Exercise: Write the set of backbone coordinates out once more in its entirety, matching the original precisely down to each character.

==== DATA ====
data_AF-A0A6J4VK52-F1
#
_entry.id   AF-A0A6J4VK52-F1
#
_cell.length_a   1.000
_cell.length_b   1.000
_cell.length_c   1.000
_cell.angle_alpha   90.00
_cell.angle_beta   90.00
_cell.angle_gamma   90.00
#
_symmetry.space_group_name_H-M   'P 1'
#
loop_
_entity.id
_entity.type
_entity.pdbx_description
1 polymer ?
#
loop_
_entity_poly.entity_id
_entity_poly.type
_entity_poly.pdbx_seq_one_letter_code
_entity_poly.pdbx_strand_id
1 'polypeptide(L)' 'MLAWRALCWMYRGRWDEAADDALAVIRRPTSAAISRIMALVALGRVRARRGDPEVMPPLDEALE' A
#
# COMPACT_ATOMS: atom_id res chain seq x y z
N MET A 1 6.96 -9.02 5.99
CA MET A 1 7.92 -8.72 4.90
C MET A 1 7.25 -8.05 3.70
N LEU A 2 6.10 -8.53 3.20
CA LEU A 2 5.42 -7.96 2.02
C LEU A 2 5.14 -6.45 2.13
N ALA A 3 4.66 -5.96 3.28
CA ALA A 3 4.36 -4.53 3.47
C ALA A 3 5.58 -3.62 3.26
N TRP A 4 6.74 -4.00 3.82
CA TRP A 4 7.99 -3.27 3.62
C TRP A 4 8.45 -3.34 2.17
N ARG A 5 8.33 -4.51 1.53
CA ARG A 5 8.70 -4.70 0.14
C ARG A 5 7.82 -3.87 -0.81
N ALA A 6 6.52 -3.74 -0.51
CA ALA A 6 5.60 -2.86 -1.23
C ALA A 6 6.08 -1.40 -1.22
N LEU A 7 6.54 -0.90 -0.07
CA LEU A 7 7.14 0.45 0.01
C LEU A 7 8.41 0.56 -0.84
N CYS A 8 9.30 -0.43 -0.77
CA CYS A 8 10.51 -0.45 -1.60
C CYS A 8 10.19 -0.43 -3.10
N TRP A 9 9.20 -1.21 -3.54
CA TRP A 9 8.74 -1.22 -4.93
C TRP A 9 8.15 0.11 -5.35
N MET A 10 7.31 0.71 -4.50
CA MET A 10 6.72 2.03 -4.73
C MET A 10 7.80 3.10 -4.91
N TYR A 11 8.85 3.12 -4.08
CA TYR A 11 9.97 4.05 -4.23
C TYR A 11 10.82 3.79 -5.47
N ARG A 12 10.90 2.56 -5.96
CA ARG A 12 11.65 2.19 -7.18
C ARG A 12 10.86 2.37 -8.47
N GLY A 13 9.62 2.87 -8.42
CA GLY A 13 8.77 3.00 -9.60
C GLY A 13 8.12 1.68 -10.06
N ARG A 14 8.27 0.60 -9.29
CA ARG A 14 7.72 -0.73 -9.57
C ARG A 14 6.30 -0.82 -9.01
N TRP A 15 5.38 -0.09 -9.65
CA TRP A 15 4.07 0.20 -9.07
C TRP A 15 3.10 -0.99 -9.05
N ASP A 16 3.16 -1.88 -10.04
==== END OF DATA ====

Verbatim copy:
data_AF-A0A6J4VK52-F1
#
_entry.id   AF-A0A6J4VK52-F1
#
_cell.length_a   1.000
_cell.length_b   1.000
_cell.length_c   1.000
_cell.angle_alpha   90.00
_cell.angle_beta   90.00
_cell.angle_gamma   90.00
#
_symmetry.space_group_name_H-M   'P 1'
#
loop_
_entity.id
_entity.type
_entity.pdbx_description
1 polymer ?
#
loop_
_entity_poly.entity_id
_entity_poly.type
_entity_poly.pdbx_seq_one_letter_code
_entity_poly.pdbx_strand_id
1 'polypeptide(L)' 'MLAWRALCWMYRGRWDEAADDALAVIRRPTSAAISRIMALVALGRVRARRGDPEVMPPLDEALE' A
#
# COMPACT_ATOMS: atom_id res chain seq x y z
N MET A 1 6.96 -9.02 5.99
CA MET A 1 7.92 -8.72 4.90
C MET A 1 7.25 -8.05 3.70
N LEU A 2 6.10 -8.53 3.20
CA LEU A 2 5.42 -7.96 2.02
C LEU A 2 5.14 -6.45 2.13
N ALA A 3 4.66 -5.96 3.28
CA ALA A 3 4.36 -4.53 3.47
C ALA A 3 5.58 -3.62 3.26
N TRP A 4 6.74 -4.00 3.82
CA TRP A 4 7.99 -3.27 3.62
C TRP A 4 8.45 -3.34 2.17
N ARG A 5 8.33 -4.51 1.53
CA ARG A 5 8.70 -4.70 0.14
C ARG A 5 7.82 -3.87 -0.81
N ALA A 6 6.52 -3.74 -0.51
CA ALA A 6 5.60 -2.86 -1.23
C ALA A 6 6.08 -1.40 -1.22
N LEU A 7 6.54 -0.90 -0.07
CA LEU A 7 7.14 0.45 0.01
C LEU A 7 8.41 0.56 -0.84
N CYS A 8 9.30 -0.43 -0.77
CA CYS A 8 10.51 -0.45 -1.60
C CYS A 8 10.19 -0.43 -3.10
N TRP A 9 9.20 -1.21 -3.54
CA TRP A 9 8.74 -1.22 -4.93
C TRP A 9 8.15 0.11 -5.35
N MET A 10 7.31 0.71 -4.50
CA MET A 10 6.72 2.03 -4.73
C MET A 10 7.80 3.10 -4.91
N TYR A 11 8.85 3.12 -4.08
CA TYR A 11 9.97 4.05 -4.23
C TYR A 11 10.82 3.79 -5.47
N ARG A 12 10.90 2.56 -5.96
CA ARG A 12 11.65 2.19 -7.18
C ARG A 12 10.86 2.37 -8.47
N GLY A 13 9.62 2.87 -8.42
CA GLY A 13 8.77 3.00 -9.60
C GLY A 13 8.12 1.68 -10.06
N ARG A 14 8.27 0.60 -9.29
CA ARG A 14 7.72 -0.73 -9.57
C ARG A 14 6.30 -0.82 -9.01
N TRP A 15 5.38 -0.09 -9.65
CA TRP A 15 4.07 0.20 -9.07
C TRP A 15 3.10 -0.99 -9.05
N ASP A 16 3.16 -1.88 -10.04